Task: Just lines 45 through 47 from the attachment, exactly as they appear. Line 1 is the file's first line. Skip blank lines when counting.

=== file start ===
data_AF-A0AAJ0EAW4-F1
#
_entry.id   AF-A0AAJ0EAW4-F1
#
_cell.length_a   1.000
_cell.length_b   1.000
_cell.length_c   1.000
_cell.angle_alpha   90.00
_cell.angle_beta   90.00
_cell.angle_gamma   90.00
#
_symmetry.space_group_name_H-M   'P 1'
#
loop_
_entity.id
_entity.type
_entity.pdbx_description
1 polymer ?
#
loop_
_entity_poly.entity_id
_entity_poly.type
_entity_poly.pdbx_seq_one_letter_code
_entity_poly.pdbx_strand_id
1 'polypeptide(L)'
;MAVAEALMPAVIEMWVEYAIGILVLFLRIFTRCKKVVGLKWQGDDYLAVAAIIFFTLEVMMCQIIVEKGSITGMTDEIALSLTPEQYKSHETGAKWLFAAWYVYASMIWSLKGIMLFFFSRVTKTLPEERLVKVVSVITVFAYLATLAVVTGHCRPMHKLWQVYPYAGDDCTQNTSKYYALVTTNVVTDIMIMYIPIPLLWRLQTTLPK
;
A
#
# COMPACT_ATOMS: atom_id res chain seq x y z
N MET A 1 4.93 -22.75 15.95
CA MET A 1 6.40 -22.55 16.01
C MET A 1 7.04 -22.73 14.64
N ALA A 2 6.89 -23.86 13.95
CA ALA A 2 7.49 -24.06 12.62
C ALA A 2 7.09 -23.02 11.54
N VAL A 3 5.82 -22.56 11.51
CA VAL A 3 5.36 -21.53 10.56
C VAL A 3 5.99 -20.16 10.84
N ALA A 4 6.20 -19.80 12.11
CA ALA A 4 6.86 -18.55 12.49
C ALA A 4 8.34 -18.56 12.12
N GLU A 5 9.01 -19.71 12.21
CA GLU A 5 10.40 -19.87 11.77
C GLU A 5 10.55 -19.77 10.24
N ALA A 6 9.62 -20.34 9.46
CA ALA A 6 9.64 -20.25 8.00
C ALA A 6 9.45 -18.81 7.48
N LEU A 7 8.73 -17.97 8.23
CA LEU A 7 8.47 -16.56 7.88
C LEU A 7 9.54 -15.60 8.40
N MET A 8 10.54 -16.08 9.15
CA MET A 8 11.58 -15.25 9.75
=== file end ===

C GLU A 5 10.55 -19.77 10.24
N ALA A 6 9.62 -20.34 9.46
CA ALA A 6 9.64 -20.25 8.00